Satellites let Japan, Allies know more about North Korea than Pyongyang

09/25/2011
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TOKYO (majirox news) — Japan’s latest information gathering satellite lifted off into orbit among a traffic jam of other launches last week, including the United States and China, particularly above North Korea.

Although Japan has launched six “information gathering satellites” (IGS) since 2003, this satellite will be the fourth optical satellite equipped with highly sensitivity cameras.

“Optical resolution on board cameras is 60 centimeters,” said a spokesman of Japan’s Ministry of Defense. “In other words, we should be able to interpret what any object is above that size. In keeping with Japan’s war-renouncing Constitution, this is roughly the same level of resolution that commercial satellites are capable.”

The Chinese won’t feel limited by the same types of restrictions. A few days before Japan’s satellite lifted off, China launched the Chinasat 1A Sept. 18, the ninth successful Chinese launch this year.

The Space Flight Now Web site said, “It’s thought that this satellite is for use by the Chinese military and has both UHF and optical capabilities. The satellite should overlap much of the area that Japan’s newest space satellite is covering, as well as covering Japan itself.”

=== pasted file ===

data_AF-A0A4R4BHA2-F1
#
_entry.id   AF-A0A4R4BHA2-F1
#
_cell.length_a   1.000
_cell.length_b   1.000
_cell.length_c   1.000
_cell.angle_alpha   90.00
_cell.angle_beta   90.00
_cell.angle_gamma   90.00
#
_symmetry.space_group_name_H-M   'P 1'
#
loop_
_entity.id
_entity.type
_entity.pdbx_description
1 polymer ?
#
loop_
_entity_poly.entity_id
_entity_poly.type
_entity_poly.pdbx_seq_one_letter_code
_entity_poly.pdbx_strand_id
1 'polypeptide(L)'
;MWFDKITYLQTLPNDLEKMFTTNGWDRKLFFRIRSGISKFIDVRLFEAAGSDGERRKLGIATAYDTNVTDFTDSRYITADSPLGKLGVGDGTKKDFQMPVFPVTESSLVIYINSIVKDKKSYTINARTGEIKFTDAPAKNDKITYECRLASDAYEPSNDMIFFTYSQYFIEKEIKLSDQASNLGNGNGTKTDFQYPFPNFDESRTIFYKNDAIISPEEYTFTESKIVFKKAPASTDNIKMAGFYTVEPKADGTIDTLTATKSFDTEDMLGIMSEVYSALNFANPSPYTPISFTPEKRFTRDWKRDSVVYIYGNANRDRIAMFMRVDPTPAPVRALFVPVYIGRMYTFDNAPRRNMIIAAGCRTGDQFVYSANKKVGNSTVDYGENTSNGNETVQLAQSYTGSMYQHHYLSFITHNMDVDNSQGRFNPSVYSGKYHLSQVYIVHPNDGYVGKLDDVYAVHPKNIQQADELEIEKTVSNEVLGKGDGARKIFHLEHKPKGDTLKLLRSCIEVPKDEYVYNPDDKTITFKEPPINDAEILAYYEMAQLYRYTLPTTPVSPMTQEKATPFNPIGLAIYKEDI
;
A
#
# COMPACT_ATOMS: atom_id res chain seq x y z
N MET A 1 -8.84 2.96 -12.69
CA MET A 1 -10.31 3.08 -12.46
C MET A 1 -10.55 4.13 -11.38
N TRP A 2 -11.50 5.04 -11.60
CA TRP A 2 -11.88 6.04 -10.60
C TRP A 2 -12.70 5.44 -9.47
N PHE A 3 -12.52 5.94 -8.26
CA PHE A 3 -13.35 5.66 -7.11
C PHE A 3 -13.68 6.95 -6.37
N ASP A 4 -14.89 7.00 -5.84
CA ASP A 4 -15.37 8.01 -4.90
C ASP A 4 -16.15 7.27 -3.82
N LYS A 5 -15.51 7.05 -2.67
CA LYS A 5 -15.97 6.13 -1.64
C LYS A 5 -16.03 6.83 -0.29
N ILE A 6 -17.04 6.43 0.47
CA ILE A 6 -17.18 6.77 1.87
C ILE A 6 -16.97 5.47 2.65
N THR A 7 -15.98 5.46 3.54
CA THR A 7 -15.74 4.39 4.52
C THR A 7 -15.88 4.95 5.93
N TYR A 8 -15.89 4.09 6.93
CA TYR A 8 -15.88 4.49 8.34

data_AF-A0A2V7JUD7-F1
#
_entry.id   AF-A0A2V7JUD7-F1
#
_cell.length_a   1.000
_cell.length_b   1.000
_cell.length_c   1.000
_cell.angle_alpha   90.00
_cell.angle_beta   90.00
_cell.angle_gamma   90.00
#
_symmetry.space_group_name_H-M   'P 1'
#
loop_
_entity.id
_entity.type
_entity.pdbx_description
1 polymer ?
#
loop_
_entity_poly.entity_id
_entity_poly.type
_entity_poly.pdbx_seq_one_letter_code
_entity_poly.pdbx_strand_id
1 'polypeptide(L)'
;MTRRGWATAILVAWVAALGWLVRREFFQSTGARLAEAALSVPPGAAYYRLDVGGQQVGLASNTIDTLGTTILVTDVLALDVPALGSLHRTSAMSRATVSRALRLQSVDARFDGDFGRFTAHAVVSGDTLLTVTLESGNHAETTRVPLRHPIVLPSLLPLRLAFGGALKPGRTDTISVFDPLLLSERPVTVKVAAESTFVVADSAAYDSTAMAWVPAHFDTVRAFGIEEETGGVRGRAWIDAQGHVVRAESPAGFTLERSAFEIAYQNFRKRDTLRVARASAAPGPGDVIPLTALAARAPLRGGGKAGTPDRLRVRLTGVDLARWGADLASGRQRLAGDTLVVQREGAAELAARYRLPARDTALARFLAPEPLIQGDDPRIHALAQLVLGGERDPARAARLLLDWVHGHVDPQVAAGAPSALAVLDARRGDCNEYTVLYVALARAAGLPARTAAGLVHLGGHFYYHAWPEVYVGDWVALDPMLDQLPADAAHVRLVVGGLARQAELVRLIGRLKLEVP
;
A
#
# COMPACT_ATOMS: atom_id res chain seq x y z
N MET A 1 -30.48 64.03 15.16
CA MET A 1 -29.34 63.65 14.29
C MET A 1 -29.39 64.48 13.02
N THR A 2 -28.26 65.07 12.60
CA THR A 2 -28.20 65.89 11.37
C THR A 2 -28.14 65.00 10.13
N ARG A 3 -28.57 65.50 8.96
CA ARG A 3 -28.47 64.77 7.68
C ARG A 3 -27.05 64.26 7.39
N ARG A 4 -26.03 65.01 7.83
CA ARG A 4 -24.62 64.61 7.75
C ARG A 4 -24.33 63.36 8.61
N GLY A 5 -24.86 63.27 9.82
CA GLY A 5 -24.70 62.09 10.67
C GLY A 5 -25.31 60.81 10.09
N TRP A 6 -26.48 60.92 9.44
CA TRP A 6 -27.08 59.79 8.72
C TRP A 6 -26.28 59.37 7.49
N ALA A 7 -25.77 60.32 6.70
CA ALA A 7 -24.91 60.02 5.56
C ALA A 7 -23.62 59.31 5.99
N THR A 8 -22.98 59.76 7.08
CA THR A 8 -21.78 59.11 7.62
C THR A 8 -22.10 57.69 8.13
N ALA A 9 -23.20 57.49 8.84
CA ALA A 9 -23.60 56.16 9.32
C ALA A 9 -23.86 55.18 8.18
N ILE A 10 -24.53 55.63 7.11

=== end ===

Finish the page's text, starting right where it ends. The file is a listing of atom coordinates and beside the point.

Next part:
Neatly bracketing the Japanese launch the US Air Force Tacsat 4 is scheduled to take off from Kodiak, Alaska on Sept. 27. Its orbit sweeps in a broad arc over northeast and central Asia, bringing to bear a battery of 10 UHF antennas on communications throughout the area.

The collection of optical, infrared, UHF and other monitoring satellites now floating above North Korea and Northern China adds up to an impressive and almost overwhelming amount of data being fed to Japan and its allies. Little can be hidden anymore. Everything from electric generation to sweet potato crops is under constant observation.

One can probably turn on a computer monitor in the situation room of the Prime Minister’s residence in Tokyo, and count the number of cars on the highway in Pyongyang. Ironically, Japan and the United States may now have better information on North Korea’s economy and economic potential than the rulers of North Korea themselves do.

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